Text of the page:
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particularly of Barbados. The following example of his works not only gives us an early treatise on the manufacture of rum, but also introduces a drink which, I venture to remark, has never been thought of by even our most adventurous and inventive "scofflaws", namely, the forgotten brew magnificently called "Coow Woow." But let Mr. Tenison speak for himself:

"Now the Scums, Dregs and excrementitious Parts [of the sugar-cane juice] which are separated from the finer and more essential parts, in making of Sugar are of some value, for from the same being fermented and distilled, is extracted a strong Spirit which they call Rumm; so that you see Sir that the Juice of the Cane, by Art and extream Labour is made into three considerable Commodities, viz, Sugar, Treacle and Rumm, beside which the Servants and Negroes, make a very good Drink with Molosses, Water and some Ginger worked up altogether, the Strength being in proportion to the Quantity of Molosses put in, (as our Beer or Ale is stronger or smaller, according to the Quantity of Malt) and this drink is called by the Indian name of Coow Woow, the same being altogether as wholsom as our Ale and rather stronger than the common sorts of Drinks made of Molosses, Sugar and the Juices of Fruits, yet this is one of the best and wholsomest, if it be not kept till it be too stale; but it being the cheapest and most common, is sufficient reason with most

that have the wherewithal to make more chargeable Liquors, to reject it."

Mr. Tenison has more to say about rum, to which strangely enough he now only allots one "m", and, in the same paragraph, expresses his views upon another vice of the time. He is writing about the treatment of the slaves in the West Indies:

"And give me leave to tell you Sir, nothing has been more hurtful and injurious to your Plantations, than the unkind Usage and hard Labour you put your Black Women to, whose preservation, health and strength, you ought to have made your main Study: But you on the contrary, have doubled their Burdens and what you unwarily design for their preservation, manifestly leads to their Distruction; for tho' after those intollerable Works and Fatigues you give them Rum, which at present is a little refreshing, yet you cannot but know it is distructive to Nature, wasting the Vitals, and an Enemy of Propagation; So much of it in respect to Women Kind. I am loath to be particular with you Sir, in respect to Negro Men, and your plying of them with this destructive Liquor; and that upon Sundays too, to very bad purpose: And tho' your Intention herein be to perpetuate their Servetude, etc. the very Methods you take to do it, by such indulging of them in this excess of Drinking, at the same time proves very frequently your Disappointment, and their Death:

And as you cannot but be convinced of the truth hereof, so I appeal to your own experience, whether your allowing of Polygamy, or plurality of Wives to your Black Slaves, doth any ways answer your end in the multiplication of Servants thereby, I very much doubt the contrary, and that 'tis the ready way to lose both the Root and Branch, nothing being more destructive to Humane Nature, than the immoderate use of Venery, which upon the persecuting of a fresh Object, etc. is usually provoked beyond all due bounds, to the manifest enervation and decay of the Man, from whom no vigorous Issue can be expected; and if any at all, seldom or never comes to Maturity."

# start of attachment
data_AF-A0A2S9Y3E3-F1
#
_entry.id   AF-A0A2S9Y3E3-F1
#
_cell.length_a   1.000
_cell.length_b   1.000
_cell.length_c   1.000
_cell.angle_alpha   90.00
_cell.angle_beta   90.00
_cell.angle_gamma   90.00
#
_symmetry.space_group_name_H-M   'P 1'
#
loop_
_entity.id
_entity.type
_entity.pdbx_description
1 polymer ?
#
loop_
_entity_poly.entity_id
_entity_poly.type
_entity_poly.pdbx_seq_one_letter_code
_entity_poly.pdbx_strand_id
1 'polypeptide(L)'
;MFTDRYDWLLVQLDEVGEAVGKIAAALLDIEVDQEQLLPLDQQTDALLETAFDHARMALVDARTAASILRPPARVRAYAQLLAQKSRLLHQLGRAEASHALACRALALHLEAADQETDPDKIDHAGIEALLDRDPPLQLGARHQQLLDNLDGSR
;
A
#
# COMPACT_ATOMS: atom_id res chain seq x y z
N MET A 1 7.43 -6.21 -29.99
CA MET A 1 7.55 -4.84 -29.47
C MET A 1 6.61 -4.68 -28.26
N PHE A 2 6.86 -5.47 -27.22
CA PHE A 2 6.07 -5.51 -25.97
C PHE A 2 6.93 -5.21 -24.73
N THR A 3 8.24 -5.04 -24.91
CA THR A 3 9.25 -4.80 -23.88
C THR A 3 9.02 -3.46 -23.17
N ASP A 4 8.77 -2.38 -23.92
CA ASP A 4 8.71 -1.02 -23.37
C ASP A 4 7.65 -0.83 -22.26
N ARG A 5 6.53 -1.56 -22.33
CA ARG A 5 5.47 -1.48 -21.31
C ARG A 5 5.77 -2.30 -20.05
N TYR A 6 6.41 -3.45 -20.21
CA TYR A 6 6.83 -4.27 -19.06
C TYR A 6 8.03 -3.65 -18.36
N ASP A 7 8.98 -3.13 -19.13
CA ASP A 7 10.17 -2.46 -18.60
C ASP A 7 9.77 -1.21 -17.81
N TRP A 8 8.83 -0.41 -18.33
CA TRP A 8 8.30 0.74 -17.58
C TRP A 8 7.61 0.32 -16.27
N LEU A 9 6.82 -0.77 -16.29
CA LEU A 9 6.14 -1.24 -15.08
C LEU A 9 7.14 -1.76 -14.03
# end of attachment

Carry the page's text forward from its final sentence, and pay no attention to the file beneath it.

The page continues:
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Whatever may have been the reason for the original migration of the Puritans to New England, by the latter part of the seventeenth century religious freedom had become but a lofty abstraction and freedom of trade and the safeguarding of what might then have been called "big business" had become the motivating force of the colonies.

Charles Francis Adams supports this point of view by emphasizing that the organization of the Massachusetts colony was distinctly and indisputably legal, commercial and corporate; and not religious, ecclesiastical or feudal.

The very sources which prove the materialistic

origin of our country made not the slightest attempt to conceal the facts but eloquently set forth the courage, stamina and loyalty with which our forefathers created their ideal, albeit materialistic, state. The northern colonists lived a hard and solemn life; their religion was stern and honest, rich in dogma, but poor in spirit. It was well suited to a young country bent on building up a lucrative and self-sufficing trade. It provided definite rules of conduct; regulated all mundane endeavour; definitely and unerringly took complete charge of the soul, leaving the brain free to create and develop commerce. The solace and comfort that more humane religion affords was found in the grosser amenities of life, libidinous divertissements, and heavy drinking in particular. John Adams, who can be relied upon as a fair and impartial observer of those times, wrote shortly after the Revolution:

"Fifty-three years ago I was fired with a zeal, amounting to enthusiasm, against ardent spirits, the multiplication of taverns, retailers and dramshops and tippling-houses. Grieved to the heart to see the number of idlers, thieves, sots and consumptive patients made for the use of physicians, in these infamous seminaries, I applied to the Court of Sessions, procured a committee of inspection and inquiry, reduced the number of licensed houses, etc. But I only acquired the reputation of a hypocrite and an ambitious dema

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"You may as well preach to the Indians against rum as to our people."

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